Population dispersal from weeds into cotton may occur from mites crawl from one host to another. This type of dispersal may be most evident in situations where weedy areas are directly adjacent to cotton fields. Mites will also move via the wind. Mites may be carried short distances on the breezes directly, or by ballooning, where the mite spins a strand of silk to catch the wind. This type of dispersal may carry the mite for miles. Mites can also disperse by catching rides on animals or machinery.
Spider mite outbreaks tend to be more common in irrigated or well watered cotton than in dryland cotton. The reasons for this are not certain but may relate to a lack of nearby weeds around most dryland cotton, tougher leaves, decreased reproduction on water stressed plants, lower nitrogen inputs or reduced insecticide use in dryland cotton.
Damage. Spider mites feed by piercing plant cells with their mouthparts and sucking the contents. This damage usually occurs in clusters and damaged clusters appear as a white or yellowish specs on the leaf, termed stipules. Specking damage is termed Phase I damage. As feeding increases and the mites persist, the damage spreads and the leaf takes on a reddened appearance (Phase II damage) and eventually necrosis. Cotton photosynthesis has been correlated with this damage and appears to sharply decline when Phase II is reached; about 20 mites per leaf.
Management and decision making.
Cultural management. Spider mite outbreaks tend to develop on field borders adjacent to spider mite infested weeds or other crops. Managing weeds along field margins will often prevent migration of mites into cotton. Additionally, excessive nitrogen fertilizer should also be avoided. Spider mites have been shown to occur more frequently in fields grown under higher than necessary nitrogen.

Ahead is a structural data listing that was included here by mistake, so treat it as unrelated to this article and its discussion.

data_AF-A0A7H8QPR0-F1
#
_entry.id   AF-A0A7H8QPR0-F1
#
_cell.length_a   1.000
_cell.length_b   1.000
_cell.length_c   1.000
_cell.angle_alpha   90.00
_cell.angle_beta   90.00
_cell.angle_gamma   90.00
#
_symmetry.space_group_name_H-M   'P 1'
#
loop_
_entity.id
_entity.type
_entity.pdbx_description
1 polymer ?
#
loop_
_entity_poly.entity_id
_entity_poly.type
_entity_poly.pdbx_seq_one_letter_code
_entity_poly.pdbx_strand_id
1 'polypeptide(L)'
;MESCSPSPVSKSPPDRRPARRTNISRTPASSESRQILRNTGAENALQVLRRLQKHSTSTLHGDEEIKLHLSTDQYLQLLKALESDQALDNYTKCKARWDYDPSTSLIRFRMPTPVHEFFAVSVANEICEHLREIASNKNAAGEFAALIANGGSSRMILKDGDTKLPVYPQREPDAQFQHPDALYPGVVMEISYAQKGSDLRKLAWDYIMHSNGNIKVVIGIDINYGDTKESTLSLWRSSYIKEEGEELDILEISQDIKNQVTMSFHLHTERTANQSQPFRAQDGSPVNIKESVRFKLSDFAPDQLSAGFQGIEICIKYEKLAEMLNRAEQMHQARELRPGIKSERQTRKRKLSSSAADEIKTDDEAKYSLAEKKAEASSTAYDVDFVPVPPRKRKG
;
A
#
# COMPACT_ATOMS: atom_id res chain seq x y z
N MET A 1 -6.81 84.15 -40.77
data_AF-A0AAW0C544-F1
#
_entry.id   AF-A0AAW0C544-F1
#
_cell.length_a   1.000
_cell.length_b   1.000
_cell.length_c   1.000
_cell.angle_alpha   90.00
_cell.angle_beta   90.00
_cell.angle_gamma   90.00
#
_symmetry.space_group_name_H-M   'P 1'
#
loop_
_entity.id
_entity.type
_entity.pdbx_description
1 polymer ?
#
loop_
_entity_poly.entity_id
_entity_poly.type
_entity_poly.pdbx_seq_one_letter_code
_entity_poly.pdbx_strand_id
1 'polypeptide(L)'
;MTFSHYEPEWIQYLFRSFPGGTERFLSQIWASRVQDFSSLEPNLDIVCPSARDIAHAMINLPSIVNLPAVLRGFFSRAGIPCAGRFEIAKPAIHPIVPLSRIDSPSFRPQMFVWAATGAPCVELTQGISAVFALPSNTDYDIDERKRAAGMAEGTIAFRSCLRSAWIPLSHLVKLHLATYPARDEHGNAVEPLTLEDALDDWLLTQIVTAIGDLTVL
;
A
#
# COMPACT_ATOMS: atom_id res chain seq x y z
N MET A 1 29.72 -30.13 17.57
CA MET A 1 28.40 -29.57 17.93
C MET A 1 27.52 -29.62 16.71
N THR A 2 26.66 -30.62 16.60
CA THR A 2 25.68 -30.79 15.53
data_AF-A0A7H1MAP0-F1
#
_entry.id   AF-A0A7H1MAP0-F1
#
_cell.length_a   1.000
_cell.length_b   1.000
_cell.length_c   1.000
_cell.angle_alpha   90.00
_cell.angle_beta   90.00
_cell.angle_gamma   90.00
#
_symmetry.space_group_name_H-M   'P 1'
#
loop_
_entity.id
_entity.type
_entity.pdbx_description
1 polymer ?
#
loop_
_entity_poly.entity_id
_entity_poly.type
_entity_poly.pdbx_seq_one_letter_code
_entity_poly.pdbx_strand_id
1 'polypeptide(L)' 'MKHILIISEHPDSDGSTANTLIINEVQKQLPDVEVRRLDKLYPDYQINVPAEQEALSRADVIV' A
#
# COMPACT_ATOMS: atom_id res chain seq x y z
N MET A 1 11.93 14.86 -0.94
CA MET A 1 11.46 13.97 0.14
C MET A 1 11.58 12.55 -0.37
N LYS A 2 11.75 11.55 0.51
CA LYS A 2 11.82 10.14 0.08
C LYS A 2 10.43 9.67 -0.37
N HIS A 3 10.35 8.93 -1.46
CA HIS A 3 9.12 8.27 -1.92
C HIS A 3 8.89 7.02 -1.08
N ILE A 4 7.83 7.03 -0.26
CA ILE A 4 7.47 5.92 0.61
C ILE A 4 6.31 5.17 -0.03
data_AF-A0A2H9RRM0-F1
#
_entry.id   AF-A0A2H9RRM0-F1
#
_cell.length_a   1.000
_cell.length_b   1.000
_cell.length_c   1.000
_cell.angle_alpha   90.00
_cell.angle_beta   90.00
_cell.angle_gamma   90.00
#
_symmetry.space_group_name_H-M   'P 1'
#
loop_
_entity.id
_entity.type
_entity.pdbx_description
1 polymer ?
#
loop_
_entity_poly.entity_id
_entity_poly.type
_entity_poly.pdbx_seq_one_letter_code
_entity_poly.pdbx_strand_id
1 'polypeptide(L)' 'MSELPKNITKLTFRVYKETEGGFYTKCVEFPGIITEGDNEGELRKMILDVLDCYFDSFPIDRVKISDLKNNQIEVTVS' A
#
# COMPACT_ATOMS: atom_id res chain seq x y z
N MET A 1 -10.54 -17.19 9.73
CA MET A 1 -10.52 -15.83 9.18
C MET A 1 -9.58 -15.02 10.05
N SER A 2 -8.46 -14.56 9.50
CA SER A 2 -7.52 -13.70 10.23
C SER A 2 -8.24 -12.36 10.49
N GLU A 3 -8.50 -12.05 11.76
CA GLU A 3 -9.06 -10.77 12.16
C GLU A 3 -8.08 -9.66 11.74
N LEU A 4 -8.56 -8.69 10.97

Biological control. Predators are often the most effective means of managing spider mites. There are a number of predaceous arthropods that prey on mites including among others, several species of thrips, lacewing larvae and minute pirate bugs.
In Texas, one of the key predators of mites in cotton is western flower thrips. Although a pest of early season cotton, western flower thrips can effectively prevent mites from reaching damaging levels. The population of thrips, particularly immature thrips, should be monitored when mite are encountered. Because of the importance of predators in mitigating mite outbreaks, it is important that care be taken to avoid killing them when treating for other pests such as cotton aphids, fleahoppers, bollworms or Lygus.
Scouting. Spider mite infestations are usually first detected on weedy field margins, and often along dusty roads. Thus it is a good idea to pay particular attention to this type of habitat. Sample for mites in the weeds and in adjacent crops to determine if a mite infestation exist. In cotton, mites should be scouted by sampling 40 to 60 leaves from 4 or more regions of the field. Pull leaves equally from the top, middle and lower portions of the plant canopy. A 10X hand lenses will be necessary to see immature mites and eggs. Additionally, scout for mites by looking for areas with cotton that has speckled or reddened leaves. Mite hot spots can often be easily detected from a distance, and while mites may be numerous in these spots, they may occur in very low numbers in the remainder of the field.
Chemical control and Action thresholds.
The current action threshold for spider mites has not been fully evaluated, but the recommended spider mite action threshold can be used as a general guide. Prior to bloom, cotton should be protected from spider mite induced defoliation. After bloom, it is essential that the leaves responsible for boll filling be protected from spider mites. Research has demonstrated that cotton should be protected from severe spider mite damage for 650-750 DD60s beyond cutout or NAWF + 5.
Since spider mite outbreaks usually occur along field margins or in hot spots, treating only those infested areas may be a means for reducing costs.
Consider alternatives to the pyrethroids for managing pests, such as bollworms and lygus, or neonicotinoids for aphids when mites are present. Maximize insecticide coverage when treating for mites. Drop nozzles and high spray volumes can greatly enhance mite control.
|Suggested Insecticides and Rates for Managing Spider Mites in Cotton
ingredient per acre
|Amount of formulated
|Acres treated per gal or lb of
|Mode of Action Group (IRAC)|
(Epi-Mek 0.15EC, generics)
|0.0047-0.0094||4-8 fl oz||32-16||6|
|0.625||16 fl oz||8||21A|
(Comite II 6)
|0.94-1.69||20-36 fl oz||6.4-3.6||12C|
|0.125-0.25||4-8 fl oz||32-16||23|
1rates below 8 fl oz are recommended only for early-season cotton less than 10 inches high.